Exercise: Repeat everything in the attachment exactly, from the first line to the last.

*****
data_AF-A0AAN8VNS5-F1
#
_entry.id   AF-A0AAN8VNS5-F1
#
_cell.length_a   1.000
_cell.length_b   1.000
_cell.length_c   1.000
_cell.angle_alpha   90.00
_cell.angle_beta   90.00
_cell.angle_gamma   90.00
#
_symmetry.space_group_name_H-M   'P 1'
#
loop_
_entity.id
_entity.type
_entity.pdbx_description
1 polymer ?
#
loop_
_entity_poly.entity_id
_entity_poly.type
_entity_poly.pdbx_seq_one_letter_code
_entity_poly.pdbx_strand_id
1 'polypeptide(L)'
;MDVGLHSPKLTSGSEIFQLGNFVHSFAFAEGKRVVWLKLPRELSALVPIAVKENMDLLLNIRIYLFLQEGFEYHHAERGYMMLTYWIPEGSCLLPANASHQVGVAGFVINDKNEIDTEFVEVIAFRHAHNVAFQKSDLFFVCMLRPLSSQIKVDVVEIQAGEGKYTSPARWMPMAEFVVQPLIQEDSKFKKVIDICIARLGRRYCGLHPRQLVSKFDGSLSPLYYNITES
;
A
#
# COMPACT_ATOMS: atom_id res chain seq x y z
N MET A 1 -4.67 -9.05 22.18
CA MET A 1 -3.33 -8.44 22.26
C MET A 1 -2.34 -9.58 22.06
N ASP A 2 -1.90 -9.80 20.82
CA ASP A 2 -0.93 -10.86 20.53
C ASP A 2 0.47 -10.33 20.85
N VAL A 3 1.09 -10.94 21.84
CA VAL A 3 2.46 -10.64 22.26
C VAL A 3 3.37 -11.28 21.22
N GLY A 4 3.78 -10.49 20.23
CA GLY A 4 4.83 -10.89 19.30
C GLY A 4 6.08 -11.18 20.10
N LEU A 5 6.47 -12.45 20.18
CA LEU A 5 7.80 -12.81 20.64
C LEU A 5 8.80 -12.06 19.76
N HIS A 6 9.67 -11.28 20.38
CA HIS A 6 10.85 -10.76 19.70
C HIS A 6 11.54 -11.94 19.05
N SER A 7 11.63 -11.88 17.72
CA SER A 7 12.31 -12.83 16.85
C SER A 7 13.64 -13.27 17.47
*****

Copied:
data_AF-A0AAN8VNS5-F1
#
_entry.id   AF-A0AAN8VNS5-F1
#
_cell.length_a   1.000
_cell.length_b   1.000
_cell.length_c   1.000
_cell.angle_alpha   90.00
_cell.angle_beta   90.00
_cell.angle_gamma   90.00
#
_symmetry.space_group_name_H-M   'P 1'
#
loop_
_entity.id
_entity.type
_entity.pdbx_description
1 polymer ?
#
loop_
_entity_poly.entity_id
_entity_poly.type
_entity_poly.pdbx_seq_one_letter_code
_entity_poly.pdbx_strand_id
1 'polypeptide(L)'
;MDVGLHSPKLTSGSEIFQLGNFVHSFAFAEGKRVVWLKLPRELSALVPIAVKENMDLLLNIRIYLFLQEGFEYHHAERGYMMLTYWIPEGSCLLPANASHQVGVAGFVINDKNEIDTEFVEVIAFRHAHNVAFQKSDLFFVCMLRPLSSQIKVDVVEIQAGEGKYTSPARWMPMAEFVVQPLIQEDSKFKKVIDICIARLGRRYCGLHPRQLVSKFDGSLSPLYYNITES
;
A
#
# COMPACT_ATOMS: atom_id res chain seq x y z
N MET A 1 -4.67 -9.05 22.18
CA MET A 1 -3.33 -8.44 22.26
C MET A 1 -2.34 -9.58 22.06
N ASP A 2 -1.90 -9.80 20.82
CA ASP A 2 -0.93 -10.86 20.53
C ASP A 2 0.47 -10.33 20.85
N VAL A 3 1.09 -10.94 21.84
CA VAL A 3 2.46 -10.64 22.26
C VAL A 3 3.37 -11.28 21.22
N GLY A 4 3.78 -10.49 20.23
CA GLY A 4 4.83 -10.89 19.30
C GLY A 4 6.08 -11.18 20.10
N LEU A 5 6.47 -12.45 20.18
CA LEU A 5 7.80 -12.81 20.64
C LEU A 5 8.80 -12.06 19.76
N HIS A 6 9.67 -11.28 20.38
CA HIS A 6 10.85 -10.76 19.70
C HIS A 6 11.54 -11.94 19.05
N SER A 7 11.63 -11.88 17.72
CA SER A 7 12.31 -12.83 16.85
C SER A 7 13.64 -13.27 17.47